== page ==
For the second year in a row Aboriginal Day was celebrated inside and also on the grounds of the Shatford Centre on Wednesday.
Beginning with the grand procession, hereditary Penticton Indian Band chief Adam Eneas lead in the dignitaries including current chief Chad Eneas and Penticton Mayor Andrew Jakubeit followed by the traditional First Nations dancers
That was followed a mini-powwow where everyone who wanted had an opportunity to get up and dance to the beat of the Highwater Drum Group.
“On behalf of the PIB when we think of aboriginal day being one day of the year t year that we celebrate life that was gifted to us, each and every day we can wake up that’s a gift for all living things, is to be able to live life as they are,” Chad Eneas told the crowd of hundreds of people. “My great grandma shared with us a story and I’m just going to share a little bit of that story, She said we are so insignificant in our life it’s like a grain of sand compared to how old the earth is and how long that life is going to live in front of us in our future.”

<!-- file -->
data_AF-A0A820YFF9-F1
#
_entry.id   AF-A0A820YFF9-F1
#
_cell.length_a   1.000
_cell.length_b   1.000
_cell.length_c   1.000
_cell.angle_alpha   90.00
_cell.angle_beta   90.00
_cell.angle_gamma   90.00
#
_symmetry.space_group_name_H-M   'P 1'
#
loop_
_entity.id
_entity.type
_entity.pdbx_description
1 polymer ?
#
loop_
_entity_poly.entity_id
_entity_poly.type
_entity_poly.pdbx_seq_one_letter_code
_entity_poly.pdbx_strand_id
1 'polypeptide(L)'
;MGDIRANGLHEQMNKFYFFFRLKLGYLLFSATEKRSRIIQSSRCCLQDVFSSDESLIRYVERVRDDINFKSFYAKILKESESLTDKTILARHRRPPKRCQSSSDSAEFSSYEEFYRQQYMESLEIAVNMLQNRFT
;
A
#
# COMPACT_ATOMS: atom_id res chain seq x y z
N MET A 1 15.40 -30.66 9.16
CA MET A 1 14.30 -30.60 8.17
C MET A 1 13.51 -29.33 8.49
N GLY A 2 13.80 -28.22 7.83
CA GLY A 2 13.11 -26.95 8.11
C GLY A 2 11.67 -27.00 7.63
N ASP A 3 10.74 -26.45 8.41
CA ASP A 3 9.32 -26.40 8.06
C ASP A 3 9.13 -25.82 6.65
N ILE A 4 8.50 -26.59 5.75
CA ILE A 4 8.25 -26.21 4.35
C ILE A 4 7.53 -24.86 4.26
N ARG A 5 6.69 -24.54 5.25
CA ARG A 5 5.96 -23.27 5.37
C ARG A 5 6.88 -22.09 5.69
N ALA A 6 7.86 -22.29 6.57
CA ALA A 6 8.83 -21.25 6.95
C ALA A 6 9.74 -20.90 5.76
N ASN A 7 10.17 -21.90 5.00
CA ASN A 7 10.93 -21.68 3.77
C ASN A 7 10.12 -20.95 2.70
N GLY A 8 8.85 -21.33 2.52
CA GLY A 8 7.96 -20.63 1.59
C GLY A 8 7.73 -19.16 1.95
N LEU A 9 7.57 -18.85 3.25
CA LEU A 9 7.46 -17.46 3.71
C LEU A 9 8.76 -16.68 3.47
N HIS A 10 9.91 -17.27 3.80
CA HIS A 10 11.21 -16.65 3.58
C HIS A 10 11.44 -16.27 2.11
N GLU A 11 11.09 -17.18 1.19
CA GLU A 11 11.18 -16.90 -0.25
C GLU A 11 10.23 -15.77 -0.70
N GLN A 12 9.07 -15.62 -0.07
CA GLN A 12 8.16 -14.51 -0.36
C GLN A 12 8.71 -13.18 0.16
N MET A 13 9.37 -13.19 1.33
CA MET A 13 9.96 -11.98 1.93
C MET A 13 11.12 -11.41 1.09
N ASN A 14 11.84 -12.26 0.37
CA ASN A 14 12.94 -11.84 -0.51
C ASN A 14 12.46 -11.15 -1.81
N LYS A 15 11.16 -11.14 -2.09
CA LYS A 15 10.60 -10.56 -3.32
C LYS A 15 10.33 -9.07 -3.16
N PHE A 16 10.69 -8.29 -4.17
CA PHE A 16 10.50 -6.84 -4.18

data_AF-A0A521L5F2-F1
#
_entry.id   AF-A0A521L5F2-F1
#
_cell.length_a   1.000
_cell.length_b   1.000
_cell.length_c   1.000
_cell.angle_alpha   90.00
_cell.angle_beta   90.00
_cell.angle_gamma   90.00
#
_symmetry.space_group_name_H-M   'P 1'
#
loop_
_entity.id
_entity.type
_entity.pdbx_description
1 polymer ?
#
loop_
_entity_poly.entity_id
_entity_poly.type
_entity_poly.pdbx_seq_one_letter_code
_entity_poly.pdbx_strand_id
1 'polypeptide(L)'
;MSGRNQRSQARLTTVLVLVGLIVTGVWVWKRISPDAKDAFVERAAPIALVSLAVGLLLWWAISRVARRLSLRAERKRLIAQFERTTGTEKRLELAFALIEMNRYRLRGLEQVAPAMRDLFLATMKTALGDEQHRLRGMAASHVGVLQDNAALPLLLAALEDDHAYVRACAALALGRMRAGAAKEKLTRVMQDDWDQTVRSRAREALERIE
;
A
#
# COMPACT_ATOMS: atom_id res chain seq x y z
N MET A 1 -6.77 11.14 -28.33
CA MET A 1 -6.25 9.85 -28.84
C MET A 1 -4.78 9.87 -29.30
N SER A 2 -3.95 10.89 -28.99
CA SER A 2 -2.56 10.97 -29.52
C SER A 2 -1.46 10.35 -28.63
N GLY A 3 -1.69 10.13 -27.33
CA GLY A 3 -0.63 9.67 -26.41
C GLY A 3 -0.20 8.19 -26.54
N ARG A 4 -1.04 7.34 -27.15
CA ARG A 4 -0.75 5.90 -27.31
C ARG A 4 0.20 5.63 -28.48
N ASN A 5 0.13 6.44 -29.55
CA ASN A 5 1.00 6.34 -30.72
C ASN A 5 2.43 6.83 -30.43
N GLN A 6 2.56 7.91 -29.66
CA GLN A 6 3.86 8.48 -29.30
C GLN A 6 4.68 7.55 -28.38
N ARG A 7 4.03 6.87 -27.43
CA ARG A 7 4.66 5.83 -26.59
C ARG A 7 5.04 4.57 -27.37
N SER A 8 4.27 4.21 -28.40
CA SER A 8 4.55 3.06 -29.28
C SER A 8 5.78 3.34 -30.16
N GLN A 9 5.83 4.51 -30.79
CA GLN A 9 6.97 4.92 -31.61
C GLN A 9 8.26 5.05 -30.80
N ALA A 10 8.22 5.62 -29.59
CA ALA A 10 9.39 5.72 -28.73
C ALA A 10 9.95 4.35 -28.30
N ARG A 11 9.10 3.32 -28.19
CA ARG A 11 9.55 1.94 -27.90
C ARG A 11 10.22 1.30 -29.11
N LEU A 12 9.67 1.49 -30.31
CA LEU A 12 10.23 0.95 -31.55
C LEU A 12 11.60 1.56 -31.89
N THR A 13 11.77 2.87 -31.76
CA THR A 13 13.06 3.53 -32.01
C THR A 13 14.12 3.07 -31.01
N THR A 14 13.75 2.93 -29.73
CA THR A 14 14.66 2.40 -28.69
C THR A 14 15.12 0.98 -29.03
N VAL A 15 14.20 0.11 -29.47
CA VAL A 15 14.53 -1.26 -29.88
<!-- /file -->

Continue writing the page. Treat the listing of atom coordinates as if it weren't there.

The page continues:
Adam Eneas talked about healing process and the future of not needing reconciliation events such as the one he attended the previous day at Penticton Secondary Schoool.
He also spoke about the past: “The colonization and the colonial attitudes of previous governments and who said we’re going to take the Indian out of the child and make him or her a white person, that did not succeed.”
At 6:30 a community feast of traditional First Nations foods took place inside where an art exhibit called Resurgence was on display curated by Dr. Michelle Jack and Ann Doyon.
As well there were portraits being taken by Joe Lebeau, craft vendors and children’s activities.
The Okanagan Nation Alliance brought the exhibition, the Social Life of Water featuring the voices of Silx elders and knowledge keepers offering an indigenous perspective that depicts the signifigance of water as it infiltrates every aspect of life.
Both exhibits will run until Sept. 10 at the centre.